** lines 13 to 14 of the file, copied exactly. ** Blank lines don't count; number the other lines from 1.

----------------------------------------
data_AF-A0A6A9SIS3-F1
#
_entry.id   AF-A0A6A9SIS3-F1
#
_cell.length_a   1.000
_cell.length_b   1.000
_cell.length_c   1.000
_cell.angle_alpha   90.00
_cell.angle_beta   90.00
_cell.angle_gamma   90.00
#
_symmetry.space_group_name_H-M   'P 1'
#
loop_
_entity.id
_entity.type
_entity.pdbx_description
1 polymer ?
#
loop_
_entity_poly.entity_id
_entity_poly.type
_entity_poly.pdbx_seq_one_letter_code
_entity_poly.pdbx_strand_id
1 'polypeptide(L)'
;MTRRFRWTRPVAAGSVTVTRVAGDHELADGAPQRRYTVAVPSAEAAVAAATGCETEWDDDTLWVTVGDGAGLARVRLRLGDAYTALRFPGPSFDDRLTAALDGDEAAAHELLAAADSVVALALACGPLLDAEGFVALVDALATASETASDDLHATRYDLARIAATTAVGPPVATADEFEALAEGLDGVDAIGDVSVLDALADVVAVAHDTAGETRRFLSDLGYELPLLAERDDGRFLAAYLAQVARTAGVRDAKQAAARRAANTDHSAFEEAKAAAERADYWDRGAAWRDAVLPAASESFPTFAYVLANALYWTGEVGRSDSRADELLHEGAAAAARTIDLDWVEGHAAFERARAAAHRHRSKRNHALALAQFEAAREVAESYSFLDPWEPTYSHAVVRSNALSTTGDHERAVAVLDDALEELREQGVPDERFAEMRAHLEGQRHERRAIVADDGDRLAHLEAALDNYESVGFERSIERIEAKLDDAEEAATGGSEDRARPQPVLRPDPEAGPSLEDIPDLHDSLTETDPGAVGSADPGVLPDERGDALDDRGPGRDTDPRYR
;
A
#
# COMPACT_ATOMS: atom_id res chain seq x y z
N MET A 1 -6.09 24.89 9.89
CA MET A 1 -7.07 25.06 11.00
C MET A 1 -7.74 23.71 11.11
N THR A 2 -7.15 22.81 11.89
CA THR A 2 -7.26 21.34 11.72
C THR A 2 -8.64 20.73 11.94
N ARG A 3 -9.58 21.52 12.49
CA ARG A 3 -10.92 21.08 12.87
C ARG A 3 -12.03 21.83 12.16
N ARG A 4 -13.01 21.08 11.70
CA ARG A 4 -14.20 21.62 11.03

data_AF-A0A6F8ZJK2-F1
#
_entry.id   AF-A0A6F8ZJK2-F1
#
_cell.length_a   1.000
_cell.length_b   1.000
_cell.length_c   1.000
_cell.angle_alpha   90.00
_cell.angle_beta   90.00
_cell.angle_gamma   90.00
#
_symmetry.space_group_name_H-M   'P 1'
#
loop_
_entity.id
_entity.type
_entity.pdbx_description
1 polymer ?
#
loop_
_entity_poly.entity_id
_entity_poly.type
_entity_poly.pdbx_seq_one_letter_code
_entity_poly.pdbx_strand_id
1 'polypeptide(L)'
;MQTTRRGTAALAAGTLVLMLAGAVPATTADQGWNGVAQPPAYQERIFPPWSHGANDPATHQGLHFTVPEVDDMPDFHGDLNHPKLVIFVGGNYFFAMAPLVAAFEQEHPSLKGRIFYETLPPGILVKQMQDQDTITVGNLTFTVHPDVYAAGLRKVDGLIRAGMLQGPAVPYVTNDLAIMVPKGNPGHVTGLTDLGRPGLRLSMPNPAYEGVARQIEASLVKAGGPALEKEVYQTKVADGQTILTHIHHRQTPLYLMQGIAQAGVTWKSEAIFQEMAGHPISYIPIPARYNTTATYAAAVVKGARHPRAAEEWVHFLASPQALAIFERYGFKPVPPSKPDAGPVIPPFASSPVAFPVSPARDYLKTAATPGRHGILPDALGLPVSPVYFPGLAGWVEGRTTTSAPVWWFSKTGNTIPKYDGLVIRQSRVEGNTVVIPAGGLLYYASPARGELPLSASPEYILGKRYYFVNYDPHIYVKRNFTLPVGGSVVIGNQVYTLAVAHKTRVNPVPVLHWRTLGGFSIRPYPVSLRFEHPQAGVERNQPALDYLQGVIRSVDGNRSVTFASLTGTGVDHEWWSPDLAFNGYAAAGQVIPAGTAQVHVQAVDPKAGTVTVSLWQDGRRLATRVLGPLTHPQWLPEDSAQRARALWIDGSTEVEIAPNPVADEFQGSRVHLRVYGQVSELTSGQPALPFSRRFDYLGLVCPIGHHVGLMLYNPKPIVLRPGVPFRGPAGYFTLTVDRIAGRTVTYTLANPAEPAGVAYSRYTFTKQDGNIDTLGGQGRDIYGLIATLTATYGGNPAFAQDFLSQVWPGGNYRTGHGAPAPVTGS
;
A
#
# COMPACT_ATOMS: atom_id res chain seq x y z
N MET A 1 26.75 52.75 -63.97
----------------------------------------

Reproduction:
#
loop_